The now-writer questions whether how she would have spoken about her self-harming had it not come out in school: she tells us that it can be upsetting for a friend or family member to hear. However, a bad experience when telling someone can also have a long-lasting effect too: Friends at that age are hardly going to be able to talk to them, because you don’t really understand yourself, so it’s unlikely that other kids at the age of 14 are going to have the emotional maturity to understand self-harm, so it can feel really isolating. It’s important to remember there are ways to talk to other people; just stopping out of shame is not a healthy way to deal with it. Understanding why you’re doing what you’re doing is the first step to getting better.”

Understanding why she wanted to receive help was a big turning point for Sian, “I just got to a point of being fed up of hiding my arms and being scared of people finding out, and that was more of a driving force than wanting to stop.”

Self-harm is never something that she has recovered from or got over: she admits that she relapses. She candidly explains, “It might just be more of a case of building coping methods for yourself, so that you can get into a habit of doing something else when you get a compulsion, understanding what triggers it, and how to keep yourself safe. It’s more about management than it is about curing yourself of the thoughts because I feel like mental health issues do have a lasting effect. I was anorexic when I was 14, and I still struggle with body image and thoughts around food, but the way I view them has changed and the way that I deal with them and prioritise them. Its more important to focus on how to keep yourself safe, managing thoughts, reacting more positively and realising that they are just thoughts. They’ll come and go depending on what you're dealing with, rather than having a pressure on yourself to stop the thoughts.”

From someone who has self-harmed, what actually is self-harm?

Self-harm, as Sian says, “goes against evolutionary processes”, and so is often difficult for friends and family members to understand.

I asked Sian to explain why it became a compulsion for her.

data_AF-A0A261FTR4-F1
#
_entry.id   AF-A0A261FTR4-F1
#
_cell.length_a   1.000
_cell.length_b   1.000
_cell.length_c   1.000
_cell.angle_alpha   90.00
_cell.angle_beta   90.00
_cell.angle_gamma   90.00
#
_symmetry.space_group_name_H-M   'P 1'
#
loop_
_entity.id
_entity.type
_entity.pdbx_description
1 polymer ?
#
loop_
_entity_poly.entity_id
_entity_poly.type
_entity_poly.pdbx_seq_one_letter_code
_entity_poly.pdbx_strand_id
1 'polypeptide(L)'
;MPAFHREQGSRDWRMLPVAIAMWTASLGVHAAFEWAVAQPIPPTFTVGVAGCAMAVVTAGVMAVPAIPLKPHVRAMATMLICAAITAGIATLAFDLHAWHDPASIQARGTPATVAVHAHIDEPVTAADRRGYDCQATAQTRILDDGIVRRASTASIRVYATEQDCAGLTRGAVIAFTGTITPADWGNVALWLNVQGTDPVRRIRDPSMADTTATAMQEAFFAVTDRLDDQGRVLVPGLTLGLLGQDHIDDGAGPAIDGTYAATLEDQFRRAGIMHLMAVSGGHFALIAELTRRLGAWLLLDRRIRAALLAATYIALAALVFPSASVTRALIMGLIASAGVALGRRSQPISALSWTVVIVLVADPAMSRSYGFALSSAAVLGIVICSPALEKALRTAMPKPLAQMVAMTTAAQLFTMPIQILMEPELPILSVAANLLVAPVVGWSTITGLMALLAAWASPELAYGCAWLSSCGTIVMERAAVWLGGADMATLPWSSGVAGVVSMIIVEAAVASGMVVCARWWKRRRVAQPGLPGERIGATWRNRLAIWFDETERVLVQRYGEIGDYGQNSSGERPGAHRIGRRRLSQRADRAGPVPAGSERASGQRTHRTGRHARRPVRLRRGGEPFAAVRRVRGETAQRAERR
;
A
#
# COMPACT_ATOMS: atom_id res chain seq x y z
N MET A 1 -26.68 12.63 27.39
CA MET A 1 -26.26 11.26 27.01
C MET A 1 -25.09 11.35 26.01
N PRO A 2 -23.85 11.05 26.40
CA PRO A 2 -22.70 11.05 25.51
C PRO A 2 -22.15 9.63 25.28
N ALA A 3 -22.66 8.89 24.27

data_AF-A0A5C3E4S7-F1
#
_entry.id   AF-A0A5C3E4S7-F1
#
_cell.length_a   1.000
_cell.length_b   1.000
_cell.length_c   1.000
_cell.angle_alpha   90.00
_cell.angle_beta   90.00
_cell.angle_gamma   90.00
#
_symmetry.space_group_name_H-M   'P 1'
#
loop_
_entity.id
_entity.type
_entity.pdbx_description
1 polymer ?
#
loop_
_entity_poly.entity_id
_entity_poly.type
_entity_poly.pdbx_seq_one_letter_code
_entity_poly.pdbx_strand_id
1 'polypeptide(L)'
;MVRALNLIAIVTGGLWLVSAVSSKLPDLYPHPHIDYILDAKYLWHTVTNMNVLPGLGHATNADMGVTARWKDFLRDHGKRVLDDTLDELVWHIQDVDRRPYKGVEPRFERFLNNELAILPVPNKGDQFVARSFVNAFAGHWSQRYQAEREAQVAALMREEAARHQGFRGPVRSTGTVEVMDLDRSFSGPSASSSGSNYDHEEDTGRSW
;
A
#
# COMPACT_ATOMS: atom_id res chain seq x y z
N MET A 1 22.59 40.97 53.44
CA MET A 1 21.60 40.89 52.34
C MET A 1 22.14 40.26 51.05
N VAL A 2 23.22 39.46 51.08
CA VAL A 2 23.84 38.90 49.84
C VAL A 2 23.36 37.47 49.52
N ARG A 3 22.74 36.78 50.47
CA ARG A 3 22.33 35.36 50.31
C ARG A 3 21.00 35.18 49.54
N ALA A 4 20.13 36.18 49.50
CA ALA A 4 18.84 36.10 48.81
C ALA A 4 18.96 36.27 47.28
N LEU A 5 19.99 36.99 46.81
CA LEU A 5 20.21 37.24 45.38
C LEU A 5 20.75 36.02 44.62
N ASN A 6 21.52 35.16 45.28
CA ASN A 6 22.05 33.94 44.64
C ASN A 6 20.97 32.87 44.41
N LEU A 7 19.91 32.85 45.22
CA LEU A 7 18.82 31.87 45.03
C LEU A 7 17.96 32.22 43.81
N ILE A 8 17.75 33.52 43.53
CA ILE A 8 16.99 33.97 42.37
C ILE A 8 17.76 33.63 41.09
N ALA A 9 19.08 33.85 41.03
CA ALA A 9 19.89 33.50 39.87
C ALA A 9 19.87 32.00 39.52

“It’s when you’re feeling really intense emotions, for example, if something really bad has happened. For me it was about personal failings that I felt – self-harm is obviously different for everyone but ultimately it’s self-punishment, related to low self-esteem and a lack of understanding of yourself and poor self-image. The thought of hurting yourself, it does go against evolutionary processes. So if I was explaining it to someone I didn’t know is that it’s a really overwhelming feeling, and the only thing you can hold onto in your head because your head is just – you feel really lost, angry, sad, or anxious or a combination of all that. And it’s causing your thoughts to be all over the place, and you have a physical reaction as well. The only thought that becomes clear is ‘I need to hurt myself’. It becomes consuming and hard to get through- you become convinced that it is the only way you can cope with your feelings.”

Continuing, she went on to talk about the actual act itself and how to combat the feelings of compulsion and necessity – “The pain is a release, and it’s shocking yourself into dealing with these thoughts, and for many people it’s the act and the shock of the pain of it that makes them feel that they’re offloading or working through their thoughts. That’s why it’s important to do something that doesn’t hurt you but gives you that same shock, like flicking an elastic band on your wrist, or something that isn’t as harmful, but helps you with that compulsion you’ve curated.”

“It’s an intense emotion, and self-harm is a cathartic release of that. The feeling is a control, a way of controlling the emotions but that’s how people start to think about it.”

Sian’s ability to talk so candidly and openly about what can be a very sensitive topic is compelling and I learnt so much myself from conducting my interview. What can be taken away, is the importance of talking about mental health issues before they reach a crisis point.

If you are suffering from self-harm or any mental health issues, seek support from your local GP or wellbeing practitioner. For more information on self-harm and support available, visit The Mix or Mind.

Lead Image Courtesy of Sian Bradley.